(a) If the cell is healthy (i.e., in state 0) then its new state is [a/k1] + [b/k2], where a is the number of infected cells among its eight neighbors, b is the number of ill cells among its neighbors, and k1 and k2 are constants. Here “[]” means the integer part of the number enclosed, so that, for example, [7/3] = [2+1/3] = 2.

(b) If the cell is ill (i.e., in state n) then it miraculously becomes healthy (i.e., its state becomes 0).

(c) If the cell is infected (i.e., in a state other than 0 and n) then its new state is [s/(a+b+1)] + g, where a and b are as above, s is the sum of the states of the cell and of its neighbors and g is a constant.

The parameters given for these CA are usual q (for max states), k1 and k2 (the above constants) and g (which is a constant for how quickly the infection tends to spread).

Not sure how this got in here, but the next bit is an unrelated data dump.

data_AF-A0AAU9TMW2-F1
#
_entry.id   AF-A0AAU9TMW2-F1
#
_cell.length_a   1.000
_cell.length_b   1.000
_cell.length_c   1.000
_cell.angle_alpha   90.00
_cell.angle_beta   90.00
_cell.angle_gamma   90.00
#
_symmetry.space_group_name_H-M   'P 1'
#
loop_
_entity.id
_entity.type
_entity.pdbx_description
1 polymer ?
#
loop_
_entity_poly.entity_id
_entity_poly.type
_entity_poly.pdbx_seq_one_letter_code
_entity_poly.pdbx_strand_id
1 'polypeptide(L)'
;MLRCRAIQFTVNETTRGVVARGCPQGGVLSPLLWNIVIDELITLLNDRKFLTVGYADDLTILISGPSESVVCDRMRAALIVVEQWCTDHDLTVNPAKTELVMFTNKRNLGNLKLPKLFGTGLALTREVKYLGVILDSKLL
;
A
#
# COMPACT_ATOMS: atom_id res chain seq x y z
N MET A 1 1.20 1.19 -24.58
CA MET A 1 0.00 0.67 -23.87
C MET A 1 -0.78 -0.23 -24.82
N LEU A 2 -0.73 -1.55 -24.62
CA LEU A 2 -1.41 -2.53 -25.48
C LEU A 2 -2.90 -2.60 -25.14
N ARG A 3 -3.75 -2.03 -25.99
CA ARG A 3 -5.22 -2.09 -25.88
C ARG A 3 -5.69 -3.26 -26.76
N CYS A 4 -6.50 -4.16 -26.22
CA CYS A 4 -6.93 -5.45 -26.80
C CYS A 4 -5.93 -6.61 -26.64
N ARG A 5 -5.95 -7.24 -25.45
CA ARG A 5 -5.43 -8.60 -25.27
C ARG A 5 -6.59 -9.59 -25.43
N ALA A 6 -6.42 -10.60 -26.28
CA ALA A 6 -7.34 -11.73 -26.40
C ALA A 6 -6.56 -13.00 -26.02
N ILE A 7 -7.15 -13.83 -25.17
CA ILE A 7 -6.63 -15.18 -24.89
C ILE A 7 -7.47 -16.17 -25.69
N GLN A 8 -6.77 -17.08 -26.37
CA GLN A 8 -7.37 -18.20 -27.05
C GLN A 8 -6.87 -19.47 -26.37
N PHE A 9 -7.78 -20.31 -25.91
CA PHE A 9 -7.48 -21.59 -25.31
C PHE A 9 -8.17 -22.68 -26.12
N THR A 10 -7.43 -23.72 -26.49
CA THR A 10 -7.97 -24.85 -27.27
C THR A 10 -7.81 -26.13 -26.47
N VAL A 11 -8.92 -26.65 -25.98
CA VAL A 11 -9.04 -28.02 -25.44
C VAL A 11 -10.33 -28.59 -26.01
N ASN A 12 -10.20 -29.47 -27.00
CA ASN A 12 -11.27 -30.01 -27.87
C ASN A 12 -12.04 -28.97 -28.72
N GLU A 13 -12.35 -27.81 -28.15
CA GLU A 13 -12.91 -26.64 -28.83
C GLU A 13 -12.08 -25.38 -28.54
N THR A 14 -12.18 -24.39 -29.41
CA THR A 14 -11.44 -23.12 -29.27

__My previous limited history experimenting with BZ__

Years ago I implemented BZ CA in Visions of Chaos (I have now correctly renamed the mode Hodgepodge Machine) and got the following result. This resolution used to be considered the norm for YouTube and looked OK on lower resolution screens. How times have changed.

The above run used these parameters

q=200

k1=3

k2=3

g=28

__Replicating Gerhardt and Miner’s results__

Gerhadt and Miner used fixed values of k1=2 and k2=3. The majority of their experiments used a grid size of q=20 (ie only 20×20 cells) without a wraparound toroidal world. This leaves the single infection spreading g variable to play with. Their paper states they used values of g between 1 and 10, but I get no spirals with g in that range.

Here are a few samples which are 512×512 sized grids with wraparound edges and many thousands of generations to be sure they had finally settled down. Each cell is 2×2 pixels in size so they are 1024×1024 images.

q=100, k1=2, k2=3, g=5

q=100, k1=2, k2=3, g=20

q=100, k1=2, k2=3, g=25

q=100, k1=2, k2=3, g=30

__Results from other parameters__